We are a research group focused on understanding self-processing biases in children and adults.
We have ongoing projects looking at the early development of self-biases, the impact of clinical disorders, and their potential for educational applications (details below). For information, to participate in research, or to apply for postgraduate opportunities within the research team, please contact firstname.lastname@example.org.
We are exploring the development of self-processing biases in memory in children aged three to ten years, and their relationship with other aspects of development. This 'Me in Memory' project is funded by the Leverhulme Trust and is being run in collaboration with Dr Josephine Ross (Dundee University) and Dr Jacqui Hutchison (University of Aberdeen)
Self-cues can capture attention and increase memory for information, features that have obvious educational applications. We are running a number of studies exploring the usefulness of incorporating self-cues in educational materials, in collaboration with Dr David Turk (Bristol University), Dr Josephine Ross (Dundee University) and Dr Janet McLean (Abertay University).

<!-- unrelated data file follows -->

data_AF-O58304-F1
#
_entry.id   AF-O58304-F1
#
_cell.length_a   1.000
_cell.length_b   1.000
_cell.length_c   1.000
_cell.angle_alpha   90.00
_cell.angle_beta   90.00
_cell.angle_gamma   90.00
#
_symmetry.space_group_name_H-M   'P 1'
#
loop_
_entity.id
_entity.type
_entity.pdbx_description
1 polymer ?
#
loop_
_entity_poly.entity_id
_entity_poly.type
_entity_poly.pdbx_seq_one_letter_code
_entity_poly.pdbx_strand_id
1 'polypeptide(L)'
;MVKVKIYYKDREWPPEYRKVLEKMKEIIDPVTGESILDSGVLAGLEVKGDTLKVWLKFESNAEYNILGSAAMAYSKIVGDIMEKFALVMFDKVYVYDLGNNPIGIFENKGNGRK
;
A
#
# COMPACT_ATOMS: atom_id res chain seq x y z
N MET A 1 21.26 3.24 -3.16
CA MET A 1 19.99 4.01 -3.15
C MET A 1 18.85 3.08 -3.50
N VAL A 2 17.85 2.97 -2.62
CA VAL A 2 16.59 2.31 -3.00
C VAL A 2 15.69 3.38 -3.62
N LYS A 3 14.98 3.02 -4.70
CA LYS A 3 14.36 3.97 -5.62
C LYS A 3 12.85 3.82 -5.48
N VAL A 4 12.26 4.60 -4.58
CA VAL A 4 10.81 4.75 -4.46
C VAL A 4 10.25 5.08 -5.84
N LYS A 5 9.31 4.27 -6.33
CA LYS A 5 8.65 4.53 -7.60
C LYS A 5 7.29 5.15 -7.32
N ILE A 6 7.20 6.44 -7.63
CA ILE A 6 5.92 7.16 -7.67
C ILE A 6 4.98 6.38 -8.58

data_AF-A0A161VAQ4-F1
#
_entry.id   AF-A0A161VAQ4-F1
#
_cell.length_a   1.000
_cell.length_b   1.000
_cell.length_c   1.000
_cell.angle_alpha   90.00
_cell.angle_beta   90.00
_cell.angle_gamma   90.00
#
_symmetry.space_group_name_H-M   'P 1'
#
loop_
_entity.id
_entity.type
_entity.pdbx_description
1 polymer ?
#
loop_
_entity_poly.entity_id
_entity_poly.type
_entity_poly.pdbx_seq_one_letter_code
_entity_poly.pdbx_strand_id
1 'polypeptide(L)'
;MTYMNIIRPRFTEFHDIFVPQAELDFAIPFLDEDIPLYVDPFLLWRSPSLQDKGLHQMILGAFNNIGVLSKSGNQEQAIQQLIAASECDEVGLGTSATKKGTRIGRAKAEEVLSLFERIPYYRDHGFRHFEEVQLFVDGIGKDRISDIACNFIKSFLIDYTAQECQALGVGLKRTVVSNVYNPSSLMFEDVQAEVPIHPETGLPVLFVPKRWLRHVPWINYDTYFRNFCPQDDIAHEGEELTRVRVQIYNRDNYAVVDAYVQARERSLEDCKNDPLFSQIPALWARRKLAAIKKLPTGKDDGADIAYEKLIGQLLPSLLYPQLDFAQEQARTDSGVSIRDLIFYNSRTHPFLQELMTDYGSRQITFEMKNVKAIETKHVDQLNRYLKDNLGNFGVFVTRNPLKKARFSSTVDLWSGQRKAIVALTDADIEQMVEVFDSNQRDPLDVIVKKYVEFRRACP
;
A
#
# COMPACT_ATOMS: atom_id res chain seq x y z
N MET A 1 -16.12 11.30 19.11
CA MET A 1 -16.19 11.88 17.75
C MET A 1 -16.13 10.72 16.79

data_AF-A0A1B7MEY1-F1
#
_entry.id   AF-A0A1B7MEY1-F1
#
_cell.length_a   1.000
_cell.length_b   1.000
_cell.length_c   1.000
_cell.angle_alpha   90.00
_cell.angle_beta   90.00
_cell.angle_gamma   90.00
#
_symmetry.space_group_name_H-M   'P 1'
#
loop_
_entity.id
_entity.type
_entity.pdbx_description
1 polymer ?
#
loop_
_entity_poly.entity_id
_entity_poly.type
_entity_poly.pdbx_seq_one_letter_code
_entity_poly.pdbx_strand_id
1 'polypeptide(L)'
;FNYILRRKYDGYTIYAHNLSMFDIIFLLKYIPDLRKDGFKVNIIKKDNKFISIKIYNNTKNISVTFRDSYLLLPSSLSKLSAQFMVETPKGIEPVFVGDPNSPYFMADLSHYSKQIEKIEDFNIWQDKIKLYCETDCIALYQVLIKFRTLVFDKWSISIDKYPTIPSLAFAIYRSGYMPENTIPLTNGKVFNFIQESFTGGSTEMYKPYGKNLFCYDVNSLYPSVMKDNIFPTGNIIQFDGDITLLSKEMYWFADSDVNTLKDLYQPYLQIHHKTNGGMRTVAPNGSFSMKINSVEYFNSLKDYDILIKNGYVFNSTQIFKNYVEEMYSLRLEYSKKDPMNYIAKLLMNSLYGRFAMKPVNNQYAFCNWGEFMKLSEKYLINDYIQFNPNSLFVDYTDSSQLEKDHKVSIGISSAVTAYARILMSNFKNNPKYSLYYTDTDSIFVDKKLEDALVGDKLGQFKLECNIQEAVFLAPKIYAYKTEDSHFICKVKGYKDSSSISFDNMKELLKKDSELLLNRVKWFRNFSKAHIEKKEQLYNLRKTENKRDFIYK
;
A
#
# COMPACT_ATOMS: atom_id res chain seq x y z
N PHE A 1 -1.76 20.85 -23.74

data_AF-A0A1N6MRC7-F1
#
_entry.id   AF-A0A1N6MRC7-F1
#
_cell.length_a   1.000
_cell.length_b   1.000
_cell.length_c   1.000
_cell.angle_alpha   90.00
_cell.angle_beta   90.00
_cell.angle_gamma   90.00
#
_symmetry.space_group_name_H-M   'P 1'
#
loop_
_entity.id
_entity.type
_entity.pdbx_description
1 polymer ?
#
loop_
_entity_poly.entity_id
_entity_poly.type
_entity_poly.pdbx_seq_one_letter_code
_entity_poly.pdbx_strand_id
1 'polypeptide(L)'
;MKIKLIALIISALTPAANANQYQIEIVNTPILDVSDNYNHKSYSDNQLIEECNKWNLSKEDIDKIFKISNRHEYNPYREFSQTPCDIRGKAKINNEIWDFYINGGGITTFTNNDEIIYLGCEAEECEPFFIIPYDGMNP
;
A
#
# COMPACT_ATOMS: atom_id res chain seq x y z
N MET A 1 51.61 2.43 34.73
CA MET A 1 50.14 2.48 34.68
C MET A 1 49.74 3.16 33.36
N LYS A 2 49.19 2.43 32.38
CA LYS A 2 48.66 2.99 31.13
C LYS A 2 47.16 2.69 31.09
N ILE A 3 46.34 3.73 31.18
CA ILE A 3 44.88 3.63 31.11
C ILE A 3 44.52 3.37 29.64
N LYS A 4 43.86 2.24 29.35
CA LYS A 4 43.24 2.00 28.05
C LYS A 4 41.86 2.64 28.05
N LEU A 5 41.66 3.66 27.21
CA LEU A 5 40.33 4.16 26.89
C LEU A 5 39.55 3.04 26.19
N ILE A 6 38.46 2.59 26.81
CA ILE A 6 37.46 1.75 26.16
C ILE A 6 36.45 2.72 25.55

Self-processing can vary across individuals, and particularly in children who are diagnosed with developmental disorders such as autism and ADHD. In collaboration with Dr Josephine Ross (Dundee University), Dr Karri Gillespie Smith (UWS) and Dr Sinead Rhodes (Edinburgh University), we are examining the extent and nature of these variations.
Cues of self-relevance have significant effects on the attention system, affective processing, binding and memory, partly driven by their high position in the goal hierarchy. In collaboration with Dr Kevin Allan and Dr Doug Martin (Aberdeen University), and Dr Julia Vogt (Reading University) we are testing these cognitive effects and the conditions under which they are likely to be evoked.
We are leading research into the positive effects of self-processing biases on children's learning. We can advise on strategies and methodologies to improve children's task engagement and performance, by capitalising on self-cues. For more details, please contact Dr Sheila Cunningham (email@example.com)
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